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Archive for February, 2014

A while ago, I read somewhere that emails had the virtue of taking the edge of familial conflicts. It has to do with writing and distance, if I remember well. When you write, you think, as the other guy would say, and that helps you overcome your emotions. Also, a written commitment is a commitment you are more likely to stick to. Something like that…

Mrs Justice Pauffley

Mrs Justice Pauffler

In the technological age we are living in, Mrs Justice Pauffley (from the High Court of London) found much better: prescribe taking tea to parents who were had been tearing them apart over custody issues for ten years. And it worked

Thinking about it, it makes total sense to me.  Tea soothes tensions.  Anybody who went to arid countries in West Africa such as Mauritania or Mali, where people spend hours talking over the”three teas,” a very bitter one, a less bitter one, and a sweet one, knows what I am talking about. Long before you are drinking the sweet one, the world looks harmonious to you.

The three tea tradition does not exist in England and the story does not tell us how many tea meetings it took the parents to come down and start settling contentious issues. Anyway, hats off before Mrs Justice Pauffley!

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Rep. Joe Kleefisch (photo Wisconsin State Journal)

Rep. Joe Kleefisch (photo Wisconsin State Journal)

A month ago, I read about Assembly Bill 540, which Joel Kleefisch, Republican Representative of Oconomowoc, was planning on introducing to the Wisconsin State Assembly. I thought it was incomplete, but some ideas were not to be dismissed entirely: capping child support payments to $150,000 in yearly income, which the bill proposed, was not unreasonable to me.  As much as I am for the top 10% to pay their fair share of taxes, I don’t see why child support payments ought to guarantee a 10% life style to an ex-spouse who happened to have married into the 10%. The bill was also aiming at guaranteeing “an equalized placement of children into both families.” That resonated nicely to me; we non-custodial fathers too often are granted pitiful visitations of our children.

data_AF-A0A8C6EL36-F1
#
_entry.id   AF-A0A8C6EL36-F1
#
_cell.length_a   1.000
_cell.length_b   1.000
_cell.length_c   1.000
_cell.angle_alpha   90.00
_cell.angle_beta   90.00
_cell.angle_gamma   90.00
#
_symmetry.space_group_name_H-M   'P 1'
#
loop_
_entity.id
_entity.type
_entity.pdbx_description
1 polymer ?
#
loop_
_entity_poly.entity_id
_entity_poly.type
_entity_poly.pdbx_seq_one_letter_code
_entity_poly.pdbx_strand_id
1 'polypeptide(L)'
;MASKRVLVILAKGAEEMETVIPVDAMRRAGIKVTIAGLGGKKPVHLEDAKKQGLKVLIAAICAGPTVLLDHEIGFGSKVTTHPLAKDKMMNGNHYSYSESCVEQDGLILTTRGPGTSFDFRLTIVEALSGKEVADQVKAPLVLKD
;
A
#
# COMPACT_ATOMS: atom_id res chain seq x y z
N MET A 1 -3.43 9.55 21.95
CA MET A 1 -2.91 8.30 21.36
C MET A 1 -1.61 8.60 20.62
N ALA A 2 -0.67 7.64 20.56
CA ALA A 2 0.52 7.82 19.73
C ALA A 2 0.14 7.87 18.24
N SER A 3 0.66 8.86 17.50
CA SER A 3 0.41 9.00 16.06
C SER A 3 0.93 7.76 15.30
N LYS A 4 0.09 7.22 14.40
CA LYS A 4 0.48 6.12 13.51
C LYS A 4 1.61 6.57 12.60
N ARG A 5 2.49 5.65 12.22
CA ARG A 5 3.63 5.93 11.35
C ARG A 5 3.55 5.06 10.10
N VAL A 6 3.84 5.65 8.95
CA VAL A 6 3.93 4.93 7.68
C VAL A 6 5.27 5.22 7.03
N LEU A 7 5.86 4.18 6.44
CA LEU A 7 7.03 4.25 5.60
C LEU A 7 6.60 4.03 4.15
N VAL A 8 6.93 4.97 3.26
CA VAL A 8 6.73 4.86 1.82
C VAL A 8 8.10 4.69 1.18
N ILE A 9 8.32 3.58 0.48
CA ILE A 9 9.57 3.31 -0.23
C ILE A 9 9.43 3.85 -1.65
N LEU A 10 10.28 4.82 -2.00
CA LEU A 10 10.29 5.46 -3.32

However the fathers’ rights rhetoric of bill 540 proved pure smoke screen. In fact, Kleefisch had one father in mind when he was writing the bill, his multimillionaire friend, Michael Eisenga, who is also a contributor to his campaign and to that of his wife, who is Lieutenant Governor of the State of Wisconsin. Even better, Eisenga, unhappy with his child support obligations, was holding Kleefisch’s pen. On January 15, the bill was withdrawn from committee hearing.

The saddest thing in this story is that there is a bunch of fathers besides Eisenga who really needed a break. Let’s be fair with Wisconsin Child Support guidelines: They are immensely more sophisticated than New York State’s.  Income subject to child support is determined as an arbitrary percentage of each parent’s gross income (wrong), yet a component of child support obligations (day care for instance) is adjusted for the time the child spends with each parent (right), and income disparity is stated to factor in the computation of child support obligations. Wisconsin Child Support guidelines also describe sources of income subject to child support payments, which include social security disability benefits and unemployment benefits. The folks that live off such income often need to have their child support obligations revised downwards or be exempted from child support obligations altogether. Obviously Kleefisch and his pal Eisenga were not thinking about them.

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Let's Get Honest! Blog: Absolutely Uncommon Analysis of Family & Conciliation Courts' Operations, Practices, & History

'A Different Kind of Attention Develops Sound Judgment' | 'Suppose I'm Right Here?...' (posted 3/23 & 3/5/2014). Over 680 posts, Public-Interest Investigative Blogging On These Matters Since 2009.